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    Contact Information

    National Center for Rural School Mental Health
    University of Missouri
    16 Hill Hall
    Columbia, MO 65211

    Technical Support

      CARES Overview

      Observation Practice 3


      Concentration Areas: Connection to the Curriculum; Authentic Relationships; Reflective Thinking About Cultural, Racial/Ethnic, and Class Differences; Effective Communication; Sensitivity to Students’ Culture

      What is CARES?

      CARES is an acronym for the five domains that research has found to be successful in engaging students of culturally diverse backgrounds at school. Each letter refers to a significant element of interaction within the classroom. Applying all five domains of CARES works because it promotes a better understanding of students and ourselves by using strategies that deepen those relationships every day.

      There is no single element that works independently of the others. All five CARES domains, together with the Positive Behavior Supports & Classroom Climate elements, support one another and need to be applied in the classroom to be successful.

      Why is it important?

      Research has shown that each of the five CARES domains has a significant impact on students and their behavior when used regularly and over time. Students who are known and understood by their teachers as individuals in the classroom report deeper connections academically and to their school. When teachers understand their own cultural heritage, they better understand the differences between themselves and their students and report higher levels of mutual respect with students. This also helps teachers to recognize the similarities they share with their students as well as recognize ways in which they are different. Students are more connected and engaged in classrooms where teachers welcome exploration; invite, acknowledge, and celebrate cultural differences; make relevant connections to the curriculum; listen attentively to understand how each student is approaching the concepts; and use humor and other effective communication tools.

      Positive Behavior Supports & Classroom Climate

      Concentration Areas: Smooth Transitions, Pacing of Instruction, Student Engagement, Clear Expectations, Use of Praise, Use of Reprimands, Level of Disruptive Behavior

      What is Positive Behavior Supports & Classroom Climate?

      Positive Behavior Supports refers to the proactive ways that teachers work with their students, as well as the ways that teachers respond to challenging situations with students. The focus is on recognizing and affirming student strengths rather than punishing them or taking something away from them. A positive approach to the classroom will promote a classroom climate that is welcoming to all students and is a place where students want to engage with the teacher, each other, and the curriculum. All individuals, students and teachers, and the interactions between and amongst all classroom members play a role in the climate.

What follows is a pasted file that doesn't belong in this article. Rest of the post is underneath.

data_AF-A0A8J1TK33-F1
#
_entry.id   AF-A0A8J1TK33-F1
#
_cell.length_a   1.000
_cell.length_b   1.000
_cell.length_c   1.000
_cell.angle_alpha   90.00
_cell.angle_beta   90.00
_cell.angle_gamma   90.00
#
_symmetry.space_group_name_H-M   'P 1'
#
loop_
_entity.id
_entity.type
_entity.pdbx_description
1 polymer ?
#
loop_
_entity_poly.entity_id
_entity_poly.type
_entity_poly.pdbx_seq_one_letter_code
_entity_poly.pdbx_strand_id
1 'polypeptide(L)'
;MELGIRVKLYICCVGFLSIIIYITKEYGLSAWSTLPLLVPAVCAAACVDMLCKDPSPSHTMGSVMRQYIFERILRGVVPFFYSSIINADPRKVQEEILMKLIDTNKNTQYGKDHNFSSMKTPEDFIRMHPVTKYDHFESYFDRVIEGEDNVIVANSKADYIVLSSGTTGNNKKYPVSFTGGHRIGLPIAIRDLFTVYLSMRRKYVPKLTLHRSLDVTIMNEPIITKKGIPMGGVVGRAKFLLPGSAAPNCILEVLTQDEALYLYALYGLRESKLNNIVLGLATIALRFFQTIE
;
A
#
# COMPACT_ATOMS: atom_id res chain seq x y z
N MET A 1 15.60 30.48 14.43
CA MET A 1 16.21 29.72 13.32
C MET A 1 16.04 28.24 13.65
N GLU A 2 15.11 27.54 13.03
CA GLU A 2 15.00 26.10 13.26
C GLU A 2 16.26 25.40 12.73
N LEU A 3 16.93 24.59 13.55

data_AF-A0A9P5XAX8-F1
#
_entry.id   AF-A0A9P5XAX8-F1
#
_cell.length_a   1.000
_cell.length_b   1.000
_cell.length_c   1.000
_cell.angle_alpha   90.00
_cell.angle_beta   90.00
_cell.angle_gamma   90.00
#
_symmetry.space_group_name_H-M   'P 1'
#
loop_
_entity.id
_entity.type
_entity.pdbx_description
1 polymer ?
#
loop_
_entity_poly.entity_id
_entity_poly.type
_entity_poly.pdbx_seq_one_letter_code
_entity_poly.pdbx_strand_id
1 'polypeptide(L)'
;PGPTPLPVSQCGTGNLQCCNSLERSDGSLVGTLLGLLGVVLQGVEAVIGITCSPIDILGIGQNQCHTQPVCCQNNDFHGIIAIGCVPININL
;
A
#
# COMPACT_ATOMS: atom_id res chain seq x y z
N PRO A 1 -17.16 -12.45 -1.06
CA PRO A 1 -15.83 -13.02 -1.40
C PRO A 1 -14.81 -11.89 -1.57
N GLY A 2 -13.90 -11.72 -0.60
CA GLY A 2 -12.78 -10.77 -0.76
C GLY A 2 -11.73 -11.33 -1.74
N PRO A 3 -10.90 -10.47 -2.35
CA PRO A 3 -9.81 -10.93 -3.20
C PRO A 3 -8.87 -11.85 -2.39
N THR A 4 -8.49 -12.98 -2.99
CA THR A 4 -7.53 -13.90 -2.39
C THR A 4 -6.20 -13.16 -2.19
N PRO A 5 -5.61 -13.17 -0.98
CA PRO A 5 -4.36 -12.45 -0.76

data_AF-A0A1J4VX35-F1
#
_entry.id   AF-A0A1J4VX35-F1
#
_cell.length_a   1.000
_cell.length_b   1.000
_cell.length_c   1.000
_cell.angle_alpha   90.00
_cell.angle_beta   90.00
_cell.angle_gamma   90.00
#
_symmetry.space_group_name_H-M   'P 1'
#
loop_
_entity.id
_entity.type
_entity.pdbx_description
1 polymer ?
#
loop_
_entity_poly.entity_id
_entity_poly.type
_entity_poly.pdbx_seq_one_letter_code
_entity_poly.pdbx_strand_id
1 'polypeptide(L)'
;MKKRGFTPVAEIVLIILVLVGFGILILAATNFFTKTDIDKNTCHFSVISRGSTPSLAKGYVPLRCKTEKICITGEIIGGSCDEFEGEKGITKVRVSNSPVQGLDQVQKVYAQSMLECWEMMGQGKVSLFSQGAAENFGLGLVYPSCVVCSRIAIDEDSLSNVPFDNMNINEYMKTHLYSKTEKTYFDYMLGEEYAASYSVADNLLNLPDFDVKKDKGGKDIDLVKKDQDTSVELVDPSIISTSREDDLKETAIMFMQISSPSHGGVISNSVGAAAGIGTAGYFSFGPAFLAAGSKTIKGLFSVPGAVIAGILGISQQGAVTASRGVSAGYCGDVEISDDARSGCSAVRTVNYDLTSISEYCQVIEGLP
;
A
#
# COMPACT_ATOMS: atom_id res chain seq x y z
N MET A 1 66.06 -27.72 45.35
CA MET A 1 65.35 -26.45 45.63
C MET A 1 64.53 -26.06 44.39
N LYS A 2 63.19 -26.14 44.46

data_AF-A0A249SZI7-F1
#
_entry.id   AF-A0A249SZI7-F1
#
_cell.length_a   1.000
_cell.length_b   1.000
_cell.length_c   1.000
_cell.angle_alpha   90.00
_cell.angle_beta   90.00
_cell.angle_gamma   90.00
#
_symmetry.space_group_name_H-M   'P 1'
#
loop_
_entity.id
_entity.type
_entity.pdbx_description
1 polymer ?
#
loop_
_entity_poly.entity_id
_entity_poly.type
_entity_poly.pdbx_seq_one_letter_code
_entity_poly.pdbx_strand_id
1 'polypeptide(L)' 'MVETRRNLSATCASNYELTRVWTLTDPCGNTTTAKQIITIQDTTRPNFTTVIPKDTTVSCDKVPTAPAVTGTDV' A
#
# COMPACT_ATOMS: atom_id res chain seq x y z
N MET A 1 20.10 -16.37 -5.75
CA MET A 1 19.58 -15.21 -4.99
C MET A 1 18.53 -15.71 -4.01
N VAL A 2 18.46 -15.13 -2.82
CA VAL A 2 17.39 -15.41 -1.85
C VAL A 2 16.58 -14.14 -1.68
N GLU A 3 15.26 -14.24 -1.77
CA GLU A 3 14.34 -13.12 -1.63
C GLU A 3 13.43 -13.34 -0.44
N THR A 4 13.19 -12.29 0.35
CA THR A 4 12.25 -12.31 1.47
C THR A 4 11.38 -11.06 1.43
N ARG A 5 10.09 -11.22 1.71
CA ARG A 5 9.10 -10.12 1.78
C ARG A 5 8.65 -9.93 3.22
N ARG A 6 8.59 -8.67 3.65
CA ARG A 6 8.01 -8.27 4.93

There is no single element that works independently of the others. All Positive Behavior Supports & Classroom Climate elements, together with the CARES domains, support one another and need to be applied to the classroom to be successful.

      Why is it important?

      In a classroom climate that is positive and welcoming to all members, the classroom becomes a safe place where culture and diversity can be openly discussed. A supportive climate is one that promotes student engagement and success. Students feel supported and motivated to be an active member of the classroom community. The teacher taking a positive and proactive approach creates a climate of care and respect and promotes desired student behaviors. This classroom is also a place that provides consistency to students, which is especially important for students who may experience stress and uncertainty outside of the school building. Teachers who have positive and proactive classrooms report fewer disruptive behaviors from their students, an increase in student achievement, and better overall perceptions of school climate.

      Miss Faber

      Mrs. James

      Defining and Teaching Classroom Rules

      Opening the Meeting

      Coaching – Interview Guide

      Card Sort Introduction

      Values Card Sort – Example

      Physical Classroom Structure

      Teaching Classroom Routines

      Using an Attention Signal

      Observation Practice 1

      Observation Practice 2

      Observation Practice 4

      Greeting Students at the Door

      Using Precorrection

      Using Journals to Build Relationships

      Identifying Reinforcers for the Classroom

      Using Social and Emotional Coaching

      Using Behavior-specific Praise

      Using Active Supervision

      Using Group Contingencies

      Teaching Behavior Expectations

      Coaching Process – Introduction and Overview

      Providing Academic Feedback

      Increasing Opportunities to Respond

      Developing and Using Clear Academic Objectives

      Posting and Using a Schedule

      Coaching Process – Menu of Options

      Coaching Process – Providing Feedback

      Double Check Classroom Check-Up Overview